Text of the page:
The Scottish Mental Illness Stigma Study
Our first of its kind study has uncovered the severity of stigma and discrimination for people with experience of severe and enduring mental illnesses in Scotland.
People with experience of severe, enduring and complex mental illnesses across Scotland are withdrawing from opportunities which many of us take for granted – all because of stigma and discrimination.
The Scottish Mental Illness Stigma Study is a first of its kind piece of research for Scotland, exploring where and how people with more complex mental illnesses face stigma and discrimination and the impact this has.
The in-depth study has unearthed some concerning trends. We’ve seen that people are holding back from events and activities which contribute to basic happiness – withdrawing from friendships, not pursuing employment opportunities and even stopping themselves from getting medical assistance when feeling unwell.
- 92% of participants say that they have experienced stigma in relationships with family and friends in the last year.
- 53% said they respected themselves less because they will not recover or get better.
- Of those who had faced stigma in relationships, 82% expected others would not want to be their friend due to their mental illness.
- 77% said they had been treated unfairly at work.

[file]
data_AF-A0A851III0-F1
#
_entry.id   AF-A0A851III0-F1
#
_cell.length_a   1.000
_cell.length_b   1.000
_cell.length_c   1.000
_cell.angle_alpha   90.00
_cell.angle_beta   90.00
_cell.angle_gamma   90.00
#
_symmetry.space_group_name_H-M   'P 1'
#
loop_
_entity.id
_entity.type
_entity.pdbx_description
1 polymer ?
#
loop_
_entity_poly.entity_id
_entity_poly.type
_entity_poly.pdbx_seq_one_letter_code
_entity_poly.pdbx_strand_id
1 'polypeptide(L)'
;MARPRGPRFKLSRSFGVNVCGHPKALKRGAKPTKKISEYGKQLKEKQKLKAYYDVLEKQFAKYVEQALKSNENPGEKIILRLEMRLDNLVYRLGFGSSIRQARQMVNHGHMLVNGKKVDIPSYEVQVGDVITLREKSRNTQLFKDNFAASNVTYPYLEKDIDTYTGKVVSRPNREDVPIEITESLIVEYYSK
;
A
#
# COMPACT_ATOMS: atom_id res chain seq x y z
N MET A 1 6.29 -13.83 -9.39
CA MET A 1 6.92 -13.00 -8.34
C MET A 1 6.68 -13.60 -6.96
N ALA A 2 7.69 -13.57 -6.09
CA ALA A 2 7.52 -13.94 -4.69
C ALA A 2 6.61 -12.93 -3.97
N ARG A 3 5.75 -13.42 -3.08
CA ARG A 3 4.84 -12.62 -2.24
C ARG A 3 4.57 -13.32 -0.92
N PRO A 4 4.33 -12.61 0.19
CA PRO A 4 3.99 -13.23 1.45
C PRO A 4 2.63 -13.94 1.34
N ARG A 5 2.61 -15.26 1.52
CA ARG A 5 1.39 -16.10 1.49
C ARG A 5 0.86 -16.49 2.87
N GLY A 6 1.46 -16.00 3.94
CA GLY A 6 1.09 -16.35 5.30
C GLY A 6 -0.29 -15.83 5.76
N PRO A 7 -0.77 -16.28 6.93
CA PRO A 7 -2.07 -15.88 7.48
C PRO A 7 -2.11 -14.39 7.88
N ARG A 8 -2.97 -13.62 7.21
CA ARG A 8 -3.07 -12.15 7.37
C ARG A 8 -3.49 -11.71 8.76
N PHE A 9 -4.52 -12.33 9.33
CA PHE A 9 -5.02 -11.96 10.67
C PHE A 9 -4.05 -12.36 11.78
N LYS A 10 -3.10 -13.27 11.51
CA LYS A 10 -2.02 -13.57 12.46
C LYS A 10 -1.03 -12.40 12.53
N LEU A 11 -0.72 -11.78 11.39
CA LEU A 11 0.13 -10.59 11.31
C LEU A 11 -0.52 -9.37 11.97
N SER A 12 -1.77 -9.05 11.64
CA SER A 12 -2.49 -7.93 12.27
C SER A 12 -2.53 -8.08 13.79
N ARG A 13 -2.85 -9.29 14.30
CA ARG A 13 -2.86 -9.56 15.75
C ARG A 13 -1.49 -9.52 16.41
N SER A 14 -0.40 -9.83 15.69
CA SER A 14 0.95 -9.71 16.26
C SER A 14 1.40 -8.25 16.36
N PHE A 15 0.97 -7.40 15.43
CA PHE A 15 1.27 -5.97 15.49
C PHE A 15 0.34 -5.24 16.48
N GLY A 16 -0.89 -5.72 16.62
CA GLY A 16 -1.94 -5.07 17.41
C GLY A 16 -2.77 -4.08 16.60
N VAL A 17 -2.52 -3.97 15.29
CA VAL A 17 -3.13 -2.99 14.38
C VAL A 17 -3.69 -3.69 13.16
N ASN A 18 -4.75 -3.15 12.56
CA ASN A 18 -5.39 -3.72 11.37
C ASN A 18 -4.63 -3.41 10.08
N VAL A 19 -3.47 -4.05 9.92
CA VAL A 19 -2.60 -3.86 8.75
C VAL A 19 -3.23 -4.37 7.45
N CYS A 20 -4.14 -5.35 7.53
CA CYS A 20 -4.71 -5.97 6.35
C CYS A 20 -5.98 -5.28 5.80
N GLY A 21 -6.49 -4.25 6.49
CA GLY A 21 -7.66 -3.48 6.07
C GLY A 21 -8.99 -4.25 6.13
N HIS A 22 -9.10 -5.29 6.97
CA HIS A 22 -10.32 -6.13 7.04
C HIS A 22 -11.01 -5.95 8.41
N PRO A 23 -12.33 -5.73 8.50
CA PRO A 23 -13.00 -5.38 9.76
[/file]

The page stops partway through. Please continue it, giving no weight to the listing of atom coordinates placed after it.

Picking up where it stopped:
- Of those who had faced stigma in mental healthcare services, 58% had avoided calling an ambulance or attending A&E in relation for emergency mental healthcare.
People with mental illness are at a disadvantage – and for the most part, this stigma is avoidable.
What the study shows most starkly is that real change is needed across all areas of society.
The study has produced a wealth of data, exploring the impact of stigma in a range of different life areas, including in relationships with family and friends, employment, mental healthcare services, healthcare services, social media, the media and education and training.Read the report in full
If you don’t have time to read the full report, we have a summarised version, pulling out some of the key findings.Read the research overview
The human impact of stigma
One of the most important things to remember when reading the Scottish Mental Illness Stigma Study is that all of the data gathered comes from real people’s experiences.
Real lives are being affected by stigma every day. Here, Tommy, Zoe and Nicky reflect on how they’ve been affected by stigma over the years.
More personal stories
See Me volunteers share a more in-depth look of their experiences of stigma and discrimination, and what they would like to see change.
We know that drastic change is needed for the hundreds of people Scotland-wide with experience of severe, enduring and complex mental illness.
Whether you’re an employer, a healthcare worker, or you simply want to make the world a better place for people who need it, you can take action.
Be a part of the change with the See Us movement.Join the See Us movement